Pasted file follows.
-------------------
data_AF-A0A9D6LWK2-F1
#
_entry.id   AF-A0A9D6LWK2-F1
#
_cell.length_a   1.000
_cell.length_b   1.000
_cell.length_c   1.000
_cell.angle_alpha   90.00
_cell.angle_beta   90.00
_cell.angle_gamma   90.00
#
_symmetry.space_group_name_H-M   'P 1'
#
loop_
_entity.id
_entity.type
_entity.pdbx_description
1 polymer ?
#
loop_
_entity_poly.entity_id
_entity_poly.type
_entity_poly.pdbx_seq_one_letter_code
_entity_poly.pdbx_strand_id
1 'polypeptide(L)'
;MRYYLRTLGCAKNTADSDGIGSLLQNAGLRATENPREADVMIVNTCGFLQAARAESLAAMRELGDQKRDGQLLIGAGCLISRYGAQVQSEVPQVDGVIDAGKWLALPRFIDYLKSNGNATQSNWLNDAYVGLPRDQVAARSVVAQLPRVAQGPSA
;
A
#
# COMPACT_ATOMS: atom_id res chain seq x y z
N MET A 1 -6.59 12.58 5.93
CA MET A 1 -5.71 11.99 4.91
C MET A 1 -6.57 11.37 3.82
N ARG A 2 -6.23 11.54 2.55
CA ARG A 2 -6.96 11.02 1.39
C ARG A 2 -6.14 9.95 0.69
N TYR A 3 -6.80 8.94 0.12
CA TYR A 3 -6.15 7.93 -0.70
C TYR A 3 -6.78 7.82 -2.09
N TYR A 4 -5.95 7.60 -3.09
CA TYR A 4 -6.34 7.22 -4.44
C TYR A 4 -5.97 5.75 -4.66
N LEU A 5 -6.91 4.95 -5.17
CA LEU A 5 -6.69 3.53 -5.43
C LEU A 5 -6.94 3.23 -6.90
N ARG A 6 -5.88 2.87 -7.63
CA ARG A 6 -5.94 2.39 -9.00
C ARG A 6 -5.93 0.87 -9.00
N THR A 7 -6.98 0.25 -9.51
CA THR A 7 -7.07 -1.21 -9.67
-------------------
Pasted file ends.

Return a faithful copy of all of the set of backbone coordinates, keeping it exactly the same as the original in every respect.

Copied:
data_AF-A0A9D6LWK2-F1
#
_entry.id   AF-A0A9D6LWK2-F1
#
_cell.length_a   1.000
_cell.length_b   1.000
_cell.length_c   1.000
_cell.angle_alpha   90.00
_cell.angle_beta   90.00
_cell.angle_gamma   90.00
#
_symmetry.space_group_name_H-M   'P 1'
#
loop_
_entity.id
_entity.type
_entity.pdbx_description
1 polymer ?
#
loop_
_entity_poly.entity_id
_entity_poly.type
_entity_poly.pdbx_seq_one_letter_code
_entity_poly.pdbx_strand_id
1 'polypeptide(L)'
;MRYYLRTLGCAKNTADSDGIGSLLQNAGLRATENPREADVMIVNTCGFLQAARAESLAAMRELGDQKRDGQLLIGAGCLISRYGAQVQSEVPQVDGVIDAGKWLALPRFIDYLKSNGNATQSNWLNDAYVGLPRDQVAARSVVAQLPRVAQGPSA
;
A
#
# COMPACT_ATOMS: atom_id res chain seq x y z
N MET A 1 -6.59 12.58 5.93
CA MET A 1 -5.71 11.99 4.91
C MET A 1 -6.57 11.37 3.82
N ARG A 2 -6.23 11.54 2.55
CA ARG A 2 -6.96 11.02 1.39
C ARG A 2 -6.14 9.95 0.69
N TYR A 3 -6.80 8.94 0.12
CA TYR A 3 -6.15 7.93 -0.70
C TYR A 3 -6.78 7.82 -2.09
N TYR A 4 -5.95 7.60 -3.09
CA TYR A 4 -6.34 7.22 -4.44
C TYR A 4 -5.97 5.75 -4.66
N LEU A 5 -6.91 4.95 -5.17
CA LEU A 5 -6.69 3.53 -5.43
C LEU A 5 -6.94 3.23 -6.90
N ARG A 6 -5.88 2.87 -7.63
CA ARG A 6 -5.94 2.39 -9.00
C ARG A 6 -5.93 0.87 -9.00
N THR A 7 -6.98 0.25 -9.51
CA THR A 7 -7.07 -1.21 -9.67